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I am going to create a personal website. I am a software engineer with a good amount of experience in web development, so I can use any frameworks / languages at my disposal.

I wish to have a balance between flexibility and not having to re-invent the wheel. Wordpress would be too plug and play, but straight HTML is a waste of time, so I am looking for something in the middle.

I like the look of Django, and I have a little experience developing with it, so it would save some time.

There won't be too much dynamic content, but I would likely want to include a blog and possibly other features.

What framework would you recommend?

To add some details, here is what I plan to present in my website:

  • Resume
  • Personal projects
  • Hobbies
  • Blog
  • Contracting / coaching services offered
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    Welcome to Software Recommendations, James! This site does not answer whether a given X matches your needs – but recommends you software that does. I've adjusted your question accordingly. If someone thinks Django would be a good choice, you should get an answer saying so and giving reasons. If not, there might be other frameworks better fitting your needs – and I guess that would be fine with you. Meanwhile, you might wish to edit the post again and include your specific requirements: Which features do you need? Any price or license restrictions? – Izzy Apr 12 '16 at 16:01
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    No problem, that's what we're here for (to help each other) :) Please check if everything's fine, and whether you can "narrow it down" a bit by explicitly naming things important to you. The better you describe your needs, the better answers can fit them. Good luck! – Izzy Apr 12 '16 at 16:04
  • Given the minimal amount of content you plan on posting, it seems like you'd be better off using the design software that many web hosting services offer. Unless you're planning to do more than you list here, Joomla seems like overkill in your case. – rrirower Apr 12 '16 at 17:39
  • @rrirower I wish this also to be a learning experience. I have a decent amount of web development experience but would like to get better, which is another factor that makes me lean towards a more flexible framework. – James Wierzba Apr 12 '16 at 18:25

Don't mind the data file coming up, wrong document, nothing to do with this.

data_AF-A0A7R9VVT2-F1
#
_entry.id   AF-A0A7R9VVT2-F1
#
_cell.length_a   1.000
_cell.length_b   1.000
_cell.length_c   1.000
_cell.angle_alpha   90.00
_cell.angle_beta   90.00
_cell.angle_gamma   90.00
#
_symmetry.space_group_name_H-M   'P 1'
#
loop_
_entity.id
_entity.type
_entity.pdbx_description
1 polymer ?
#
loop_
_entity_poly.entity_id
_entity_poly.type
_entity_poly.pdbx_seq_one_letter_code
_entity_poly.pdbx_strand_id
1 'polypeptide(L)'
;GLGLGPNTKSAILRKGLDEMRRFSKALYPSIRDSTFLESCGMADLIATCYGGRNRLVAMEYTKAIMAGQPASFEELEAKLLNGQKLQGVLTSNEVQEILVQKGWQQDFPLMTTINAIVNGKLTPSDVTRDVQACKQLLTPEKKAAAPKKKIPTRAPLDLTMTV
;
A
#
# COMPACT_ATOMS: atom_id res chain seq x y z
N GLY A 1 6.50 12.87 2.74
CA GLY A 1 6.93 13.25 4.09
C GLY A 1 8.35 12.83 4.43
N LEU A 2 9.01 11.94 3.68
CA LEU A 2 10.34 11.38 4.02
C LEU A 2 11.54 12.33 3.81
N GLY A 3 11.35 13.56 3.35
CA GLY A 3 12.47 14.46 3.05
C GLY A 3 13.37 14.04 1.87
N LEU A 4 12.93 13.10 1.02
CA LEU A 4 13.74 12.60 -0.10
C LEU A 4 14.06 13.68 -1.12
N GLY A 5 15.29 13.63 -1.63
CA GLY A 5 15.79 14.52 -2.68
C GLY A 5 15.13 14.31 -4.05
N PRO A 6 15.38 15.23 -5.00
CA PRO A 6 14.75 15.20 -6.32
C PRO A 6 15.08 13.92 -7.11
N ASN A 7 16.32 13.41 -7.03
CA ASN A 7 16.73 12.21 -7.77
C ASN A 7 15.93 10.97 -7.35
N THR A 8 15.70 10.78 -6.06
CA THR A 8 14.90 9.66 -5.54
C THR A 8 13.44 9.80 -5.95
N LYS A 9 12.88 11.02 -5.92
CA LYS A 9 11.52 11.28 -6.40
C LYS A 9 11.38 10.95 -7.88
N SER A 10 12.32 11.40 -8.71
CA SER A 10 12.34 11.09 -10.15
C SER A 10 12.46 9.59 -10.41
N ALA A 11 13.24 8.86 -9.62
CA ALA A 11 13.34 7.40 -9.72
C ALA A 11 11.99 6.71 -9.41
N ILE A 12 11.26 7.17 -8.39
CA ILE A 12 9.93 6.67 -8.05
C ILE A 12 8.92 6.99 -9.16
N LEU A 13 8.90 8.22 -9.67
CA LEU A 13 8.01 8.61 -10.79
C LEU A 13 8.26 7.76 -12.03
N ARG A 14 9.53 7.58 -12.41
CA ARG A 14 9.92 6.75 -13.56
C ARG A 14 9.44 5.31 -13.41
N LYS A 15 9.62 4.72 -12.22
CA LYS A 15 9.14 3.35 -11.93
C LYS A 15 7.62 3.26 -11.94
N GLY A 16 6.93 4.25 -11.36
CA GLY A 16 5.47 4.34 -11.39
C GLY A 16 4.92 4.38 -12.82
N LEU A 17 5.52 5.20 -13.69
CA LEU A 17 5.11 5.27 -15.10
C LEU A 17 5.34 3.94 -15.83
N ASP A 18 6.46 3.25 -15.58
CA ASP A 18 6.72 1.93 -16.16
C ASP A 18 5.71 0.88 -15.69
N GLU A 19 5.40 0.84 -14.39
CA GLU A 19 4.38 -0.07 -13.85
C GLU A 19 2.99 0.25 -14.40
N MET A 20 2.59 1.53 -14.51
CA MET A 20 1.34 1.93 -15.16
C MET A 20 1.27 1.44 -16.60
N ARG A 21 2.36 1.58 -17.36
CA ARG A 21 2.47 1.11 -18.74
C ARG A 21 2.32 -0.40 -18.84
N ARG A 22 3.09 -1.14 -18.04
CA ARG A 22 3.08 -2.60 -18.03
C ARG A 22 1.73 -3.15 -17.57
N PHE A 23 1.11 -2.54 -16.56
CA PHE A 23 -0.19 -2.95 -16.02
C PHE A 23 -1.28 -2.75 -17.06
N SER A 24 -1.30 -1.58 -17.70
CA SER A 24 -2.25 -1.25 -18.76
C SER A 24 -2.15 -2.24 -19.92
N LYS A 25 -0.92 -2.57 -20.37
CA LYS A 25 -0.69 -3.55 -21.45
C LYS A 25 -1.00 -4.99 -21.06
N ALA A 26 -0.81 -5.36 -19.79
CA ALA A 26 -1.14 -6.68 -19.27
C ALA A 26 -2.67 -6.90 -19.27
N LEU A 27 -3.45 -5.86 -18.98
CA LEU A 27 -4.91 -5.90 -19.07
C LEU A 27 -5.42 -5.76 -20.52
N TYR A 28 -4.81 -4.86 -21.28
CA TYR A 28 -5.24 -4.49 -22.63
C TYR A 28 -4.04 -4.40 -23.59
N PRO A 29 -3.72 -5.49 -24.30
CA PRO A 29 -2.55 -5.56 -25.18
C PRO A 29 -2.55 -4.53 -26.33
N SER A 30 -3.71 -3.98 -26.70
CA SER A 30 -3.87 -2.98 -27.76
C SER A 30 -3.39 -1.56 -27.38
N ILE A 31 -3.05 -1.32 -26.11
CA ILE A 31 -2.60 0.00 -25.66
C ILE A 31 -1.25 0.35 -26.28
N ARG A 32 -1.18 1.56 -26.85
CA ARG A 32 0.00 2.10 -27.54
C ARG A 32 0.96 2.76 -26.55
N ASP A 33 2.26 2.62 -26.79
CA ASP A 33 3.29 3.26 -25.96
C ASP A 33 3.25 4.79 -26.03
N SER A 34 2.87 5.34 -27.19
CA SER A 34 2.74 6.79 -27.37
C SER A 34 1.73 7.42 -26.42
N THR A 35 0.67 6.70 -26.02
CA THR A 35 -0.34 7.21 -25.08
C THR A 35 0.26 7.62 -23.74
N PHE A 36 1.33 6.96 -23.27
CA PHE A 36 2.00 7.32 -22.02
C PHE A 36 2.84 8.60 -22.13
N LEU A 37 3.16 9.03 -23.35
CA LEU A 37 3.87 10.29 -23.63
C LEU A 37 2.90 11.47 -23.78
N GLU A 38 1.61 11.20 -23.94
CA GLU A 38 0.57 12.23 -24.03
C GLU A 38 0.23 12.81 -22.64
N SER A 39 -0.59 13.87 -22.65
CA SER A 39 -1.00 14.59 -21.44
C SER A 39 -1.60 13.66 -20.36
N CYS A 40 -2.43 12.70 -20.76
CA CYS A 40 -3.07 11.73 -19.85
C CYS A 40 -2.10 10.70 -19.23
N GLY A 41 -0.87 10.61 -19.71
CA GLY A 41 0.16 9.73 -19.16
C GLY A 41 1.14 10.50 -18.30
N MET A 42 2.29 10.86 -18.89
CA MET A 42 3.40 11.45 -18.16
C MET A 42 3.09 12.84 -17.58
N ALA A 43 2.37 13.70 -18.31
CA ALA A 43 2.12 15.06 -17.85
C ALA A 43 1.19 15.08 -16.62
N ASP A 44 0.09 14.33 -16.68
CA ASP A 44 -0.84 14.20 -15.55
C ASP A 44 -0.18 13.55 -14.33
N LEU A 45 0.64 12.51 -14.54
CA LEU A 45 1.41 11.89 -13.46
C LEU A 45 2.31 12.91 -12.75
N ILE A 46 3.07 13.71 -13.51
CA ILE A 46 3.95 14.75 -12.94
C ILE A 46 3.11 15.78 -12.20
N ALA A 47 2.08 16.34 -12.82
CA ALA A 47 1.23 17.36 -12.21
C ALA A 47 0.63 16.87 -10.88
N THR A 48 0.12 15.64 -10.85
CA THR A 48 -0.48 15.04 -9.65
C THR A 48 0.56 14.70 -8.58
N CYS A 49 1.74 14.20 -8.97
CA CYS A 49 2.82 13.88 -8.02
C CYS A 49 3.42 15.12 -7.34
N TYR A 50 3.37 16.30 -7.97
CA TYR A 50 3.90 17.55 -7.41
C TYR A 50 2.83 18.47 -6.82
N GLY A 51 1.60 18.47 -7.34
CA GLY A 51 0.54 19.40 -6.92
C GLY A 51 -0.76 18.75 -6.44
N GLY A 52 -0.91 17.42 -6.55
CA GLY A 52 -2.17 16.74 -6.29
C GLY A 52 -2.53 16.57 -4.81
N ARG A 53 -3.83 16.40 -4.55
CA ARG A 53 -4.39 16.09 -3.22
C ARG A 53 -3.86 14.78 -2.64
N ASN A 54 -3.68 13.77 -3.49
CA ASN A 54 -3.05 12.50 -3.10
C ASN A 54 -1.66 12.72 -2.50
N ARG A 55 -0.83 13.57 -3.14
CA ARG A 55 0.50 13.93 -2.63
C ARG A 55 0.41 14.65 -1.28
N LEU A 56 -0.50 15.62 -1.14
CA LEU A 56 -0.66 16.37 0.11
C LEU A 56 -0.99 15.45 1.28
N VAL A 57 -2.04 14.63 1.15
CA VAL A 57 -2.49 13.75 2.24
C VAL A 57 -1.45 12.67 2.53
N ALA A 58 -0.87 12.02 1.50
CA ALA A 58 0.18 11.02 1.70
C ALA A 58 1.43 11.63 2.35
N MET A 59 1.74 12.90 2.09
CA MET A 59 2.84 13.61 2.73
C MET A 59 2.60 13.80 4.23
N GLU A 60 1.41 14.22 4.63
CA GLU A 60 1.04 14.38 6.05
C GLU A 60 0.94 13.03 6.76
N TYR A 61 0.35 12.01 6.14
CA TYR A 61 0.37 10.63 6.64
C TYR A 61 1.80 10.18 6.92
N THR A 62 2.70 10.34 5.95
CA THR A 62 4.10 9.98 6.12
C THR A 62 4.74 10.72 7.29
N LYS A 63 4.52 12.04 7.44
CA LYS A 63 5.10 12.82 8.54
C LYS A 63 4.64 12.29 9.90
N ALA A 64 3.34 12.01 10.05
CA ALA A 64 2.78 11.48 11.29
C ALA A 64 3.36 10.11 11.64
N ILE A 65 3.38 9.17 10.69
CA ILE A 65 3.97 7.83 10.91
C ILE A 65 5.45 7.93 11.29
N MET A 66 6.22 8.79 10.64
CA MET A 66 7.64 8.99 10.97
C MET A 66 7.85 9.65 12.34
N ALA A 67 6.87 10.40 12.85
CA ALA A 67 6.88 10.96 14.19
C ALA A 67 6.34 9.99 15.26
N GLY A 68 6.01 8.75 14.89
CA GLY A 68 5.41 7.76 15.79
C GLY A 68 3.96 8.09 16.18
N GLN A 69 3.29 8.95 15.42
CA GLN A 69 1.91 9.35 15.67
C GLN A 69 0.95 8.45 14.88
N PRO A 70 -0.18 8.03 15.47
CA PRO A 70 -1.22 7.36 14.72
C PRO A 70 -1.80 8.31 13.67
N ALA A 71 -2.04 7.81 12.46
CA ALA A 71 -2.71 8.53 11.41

• I know you mentioned Wordpress is "too plug and play" - there is a lot of dev you could do on Wordpress to make it work the way you want it to. I won't write an answer for it since you mentioned you didn't want it, but I'd be happy to have a go at seeing if it would meet your requirements if you wanted to elaborate on what you don't like about the plug and play aspect. – Tim Malone May 9 '16 at 4:47
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I recommend Joomla.


It's pretty easy to learn, very flexible and has a ton of really powerful features. There are plenty of free themes out there, and alot of other great themes you can pick up for just a few dollars.

The other benefit to Joomla is that once you implement Joomla once for yourself, you'll know enough to be able to quickly drop it down for those family and friends who ask you to whip up a quick site for their hobby or small business or religious group or sports team. Using Joomla you can have them up and running with dynamic content that meets their needs in a few hours and walk away without turning it into a major undertaking.

Here are some reputable Joomla theme sites I have used for themes:

Other things to remember:

  • You need to purchase a domain name (I only use GoDaddy)
  • You need to find a hosting site (There's tons of great inexpensive ones)
  • Great! thanks for the suggestion. Is this framework proprietary? Open source? – James Wierzba Apr 12 '16 at 17:33
  • Open Source (joomla.org/about-joomla.html) – Baronz Apr 12 '16 at 17:34
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    Another good point on the hosting: I always pick a hosting service that offers a control panel with automated installs (I prefer CPANEL). Most of them have a simple few clicks to install Joomla on your hosted account. – Baronz Apr 13 '16 at 19:42
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I would recommend Drupal and here’s why…

I had the opportunity to build a web site using both Joomla and Drupal. I found the Joomla learning curve to be more elevated than Drupal. Joomla seemed more cumbersome.

If you know PHP, you’ll have no problem learning Drupal. And even if you don’t, the amount of custom (plugin) modules available make it very easy to work with. There’s also lots of documentation to explain the core and custom modules.

Drupal provides a site building guide to get you started on the right path. There’s lots of available modules to get you started building your blog. And, like Joomla, Drupal is open source and can be hosted locally on some NAS devices.

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    This is a solid alternative recommendation. I've had the opposite experience from yours (Where it felt like Drupal had fewer customization options and was more cumbersome), but I suspect that's more an issue of people who prefer Coke vs Pepsi. – Baronz Apr 13 '16 at 19:40
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    Thanks for the suggestion however I am leaning towards joomla, as I have a few web-business ideas that I want to get started on after I make my personal website, so I'm thinking using joomla for my personal website will be a good introduction to it before I try a much larger project. – James Wierzba Apr 14 '16 at 14:43

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